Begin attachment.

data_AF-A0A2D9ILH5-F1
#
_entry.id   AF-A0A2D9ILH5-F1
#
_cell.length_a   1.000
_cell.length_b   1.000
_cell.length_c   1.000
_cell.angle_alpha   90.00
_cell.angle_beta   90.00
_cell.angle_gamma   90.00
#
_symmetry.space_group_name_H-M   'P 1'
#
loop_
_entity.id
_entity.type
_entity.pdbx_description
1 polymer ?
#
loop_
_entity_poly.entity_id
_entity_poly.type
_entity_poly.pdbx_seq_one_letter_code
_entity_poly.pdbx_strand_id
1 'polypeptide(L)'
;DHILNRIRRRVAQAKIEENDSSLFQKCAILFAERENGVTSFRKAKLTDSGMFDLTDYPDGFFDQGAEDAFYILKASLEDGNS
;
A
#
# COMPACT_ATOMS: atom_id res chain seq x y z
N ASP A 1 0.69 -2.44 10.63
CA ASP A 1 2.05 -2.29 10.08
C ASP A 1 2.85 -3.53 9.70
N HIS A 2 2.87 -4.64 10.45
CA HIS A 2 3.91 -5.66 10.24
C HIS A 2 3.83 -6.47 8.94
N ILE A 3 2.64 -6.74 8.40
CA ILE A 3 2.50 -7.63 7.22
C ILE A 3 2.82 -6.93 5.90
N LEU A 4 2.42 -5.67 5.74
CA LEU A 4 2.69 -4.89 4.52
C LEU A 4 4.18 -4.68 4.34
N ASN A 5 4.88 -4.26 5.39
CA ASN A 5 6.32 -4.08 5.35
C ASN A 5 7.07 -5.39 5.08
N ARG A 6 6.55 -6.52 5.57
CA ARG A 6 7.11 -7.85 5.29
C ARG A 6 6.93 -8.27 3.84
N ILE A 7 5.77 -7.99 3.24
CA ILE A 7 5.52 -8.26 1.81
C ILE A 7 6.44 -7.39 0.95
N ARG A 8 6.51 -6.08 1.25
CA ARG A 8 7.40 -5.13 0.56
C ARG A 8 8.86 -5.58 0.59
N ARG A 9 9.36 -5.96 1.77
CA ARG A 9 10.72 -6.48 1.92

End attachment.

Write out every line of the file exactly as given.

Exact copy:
data_AF-A0A2D9ILH5-F1
#
_entry.id   AF-A0A2D9ILH5-F1
#
_cell.length_a   1.000
_cell.length_b   1.000
_cell.length_c   1.000
_cell.angle_alpha   90.00
_cell.angle_beta   90.00
_cell.angle_gamma   90.00
#
_symmetry.space_group_name_H-M   'P 1'
#
loop_
_entity.id
_entity.type
_entity.pdbx_description
1 polymer ?
#
loop_
_entity_poly.entity_id
_entity_poly.type
_entity_poly.pdbx_seq_one_letter_code
_entity_poly.pdbx_strand_id
1 'polypeptide(L)'
;DHILNRIRRRVAQAKIEENDSSLFQKCAILFAERENGVTSFRKAKLTDSGMFDLTDYPDGFFDQGAEDAFYILKASLEDGNS
;
A
#
# COMPACT_ATOMS: atom_id res chain seq x y z
N ASP A 1 0.69 -2.44 10.63
CA ASP A 1 2.05 -2.29 10.08
C ASP A 1 2.85 -3.53 9.70
N HIS A 2 2.87 -4.64 10.45
CA HIS A 2 3.91 -5.66 10.24
C HIS A 2 3.83 -6.47 8.94
N ILE A 3 2.64 -6.74 8.40
CA ILE A 3 2.50 -7.63 7.22
C ILE A 3 2.82 -6.93 5.90
N LEU A 4 2.42 -5.67 5.74
CA LEU A 4 2.69 -4.89 4.52
C LEU A 4 4.18 -4.68 4.34
N ASN A 5 4.88 -4.26 5.39
CA ASN A 5 6.32 -4.08 5.35
C ASN A 5 7.07 -5.39 5.08
N ARG A 6 6.55 -6.52 5.57
CA ARG A 6 7.11 -7.85 5.29
C ARG A 6 6.93 -8.27 3.84
N ILE A 7 5.77 -7.99 3.24
CA ILE A 7 5.52 -8.26 1.81
C ILE A 7 6.44 -7.39 0.95
N ARG A 8 6.51 -6.08 1.25
CA ARG A 8 7.40 -5.13 0.56
C ARG A 8 8.86 -5.58 0.59
N ARG A 9 9.36 -5.96 1.77
CA ARG A 9 10.72 -6.48 1.92